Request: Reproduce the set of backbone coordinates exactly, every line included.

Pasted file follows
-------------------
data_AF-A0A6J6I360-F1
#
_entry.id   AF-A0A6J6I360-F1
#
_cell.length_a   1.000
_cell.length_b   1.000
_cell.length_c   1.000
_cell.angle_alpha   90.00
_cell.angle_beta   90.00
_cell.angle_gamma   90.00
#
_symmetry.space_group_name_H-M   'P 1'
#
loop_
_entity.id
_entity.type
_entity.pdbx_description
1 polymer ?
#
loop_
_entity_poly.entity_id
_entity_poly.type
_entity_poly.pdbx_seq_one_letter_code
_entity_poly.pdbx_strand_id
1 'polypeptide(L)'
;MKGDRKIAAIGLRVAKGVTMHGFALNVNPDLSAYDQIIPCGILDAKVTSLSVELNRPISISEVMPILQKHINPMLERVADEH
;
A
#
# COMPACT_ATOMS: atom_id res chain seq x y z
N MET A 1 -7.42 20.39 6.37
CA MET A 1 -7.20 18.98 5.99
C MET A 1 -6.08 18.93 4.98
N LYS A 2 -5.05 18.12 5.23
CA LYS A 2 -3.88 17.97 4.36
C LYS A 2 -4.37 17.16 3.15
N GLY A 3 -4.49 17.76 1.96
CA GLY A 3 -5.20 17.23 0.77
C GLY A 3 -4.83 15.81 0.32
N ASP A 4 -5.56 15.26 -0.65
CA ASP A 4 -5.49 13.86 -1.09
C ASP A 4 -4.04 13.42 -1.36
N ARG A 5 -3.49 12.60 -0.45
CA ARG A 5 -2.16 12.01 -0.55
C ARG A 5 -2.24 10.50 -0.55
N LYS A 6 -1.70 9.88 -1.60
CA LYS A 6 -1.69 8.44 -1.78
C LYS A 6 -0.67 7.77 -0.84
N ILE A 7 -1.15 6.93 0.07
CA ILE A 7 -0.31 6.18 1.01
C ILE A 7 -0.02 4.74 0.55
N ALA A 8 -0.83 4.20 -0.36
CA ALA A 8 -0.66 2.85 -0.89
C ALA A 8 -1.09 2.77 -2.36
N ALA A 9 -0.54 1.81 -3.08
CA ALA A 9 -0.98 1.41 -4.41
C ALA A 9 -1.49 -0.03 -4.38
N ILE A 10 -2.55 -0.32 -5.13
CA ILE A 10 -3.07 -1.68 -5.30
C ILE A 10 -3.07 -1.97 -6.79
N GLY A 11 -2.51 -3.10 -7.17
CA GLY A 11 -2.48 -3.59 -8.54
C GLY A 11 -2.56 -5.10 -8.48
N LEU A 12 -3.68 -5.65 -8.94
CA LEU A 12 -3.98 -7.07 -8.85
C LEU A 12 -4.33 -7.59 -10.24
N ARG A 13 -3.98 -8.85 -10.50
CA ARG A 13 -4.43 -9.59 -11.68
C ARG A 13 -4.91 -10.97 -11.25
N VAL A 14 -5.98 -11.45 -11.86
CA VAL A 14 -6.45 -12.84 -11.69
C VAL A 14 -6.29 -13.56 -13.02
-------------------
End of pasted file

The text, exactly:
data_AF-A0A6J6I360-F1
#
_entry.id   AF-A0A6J6I360-F1
#
_cell.length_a   1.000
_cell.length_b   1.000
_cell.length_c   1.000
_cell.angle_alpha   90.00
_cell.angle_beta   90.00
_cell.angle_gamma   90.00
#
_symmetry.space_group_name_H-M   'P 1'
#
loop_
_entity.id
_entity.type
_entity.pdbx_description
1 polymer ?
#
loop_
_entity_poly.entity_id
_entity_poly.type
_entity_poly.pdbx_seq_one_letter_code
_entity_poly.pdbx_strand_id
1 'polypeptide(L)'
;MKGDRKIAAIGLRVAKGVTMHGFALNVNPDLSAYDQIIPCGILDAKVTSLSVELNRPISISEVMPILQKHINPMLERVADEH
;
A
#
# COMPACT_ATOMS: atom_id res chain seq x y z
N MET A 1 -7.42 20.39 6.37
CA MET A 1 -7.20 18.98 5.99
C MET A 1 -6.08 18.93 4.98
N LYS A 2 -5.05 18.12 5.23
CA LYS A 2 -3.88 17.97 4.36
C LYS A 2 -4.37 17.16 3.15
N GLY A 3 -4.49 17.76 1.96
CA GLY A 3 -5.20 17.23 0.77
C GLY A 3 -4.83 15.81 0.32
N ASP A 4 -5.56 15.26 -0.65
CA ASP A 4 -5.49 13.86 -1.09
C ASP A 4 -4.04 13.42 -1.36
N ARG A 5 -3.49 12.60 -0.45
CA ARG A 5 -2.16 12.01 -0.55
C ARG A 5 -2.24 10.50 -0.55
N LYS A 6 -1.70 9.88 -1.60
CA LYS A 6 -1.69 8.44 -1.78
C LYS A 6 -0.67 7.77 -0.84
N ILE A 7 -1.15 6.93 0.07
CA ILE A 7 -0.31 6.18 1.01
C ILE A 7 -0.02 4.74 0.55
N ALA A 8 -0.83 4.20 -0.36
CA ALA A 8 -0.66 2.85 -0.89
C ALA A 8 -1.09 2.77 -2.36
N ALA A 9 -0.54 1.81 -3.08
CA ALA A 9 -0.98 1.41 -4.41
C ALA A 9 -1.49 -0.03 -4.38
N ILE A 10 -2.55 -0.32 -5.13
CA ILE A 10 -3.07 -1.68 -5.30
C ILE A 10 -3.07 -1.97 -6.79
N GLY A 11 -2.51 -3.10 -7.17
CA GLY A 11 -2.48 -3.59 -8.54
C GLY A 11 -2.56 -5.10 -8.48
N LEU A 12 -3.68 -5.65 -8.94
CA LEU A 12 -3.98 -7.07 -8.85
C LEU A 12 -4.33 -7.59 -10.24
N ARG A 13 -3.98 -8.85 -10.50
CA ARG A 13 -4.43 -9.59 -11.68
C ARG A 13 -4.91 -10.97 -11.25
N VAL A 14 -5.98 -11.45 -11.86
CA VAL A 14 -6.45 -12.84 -11.69
C VAL A 14 -6.29 -13.56 -13.02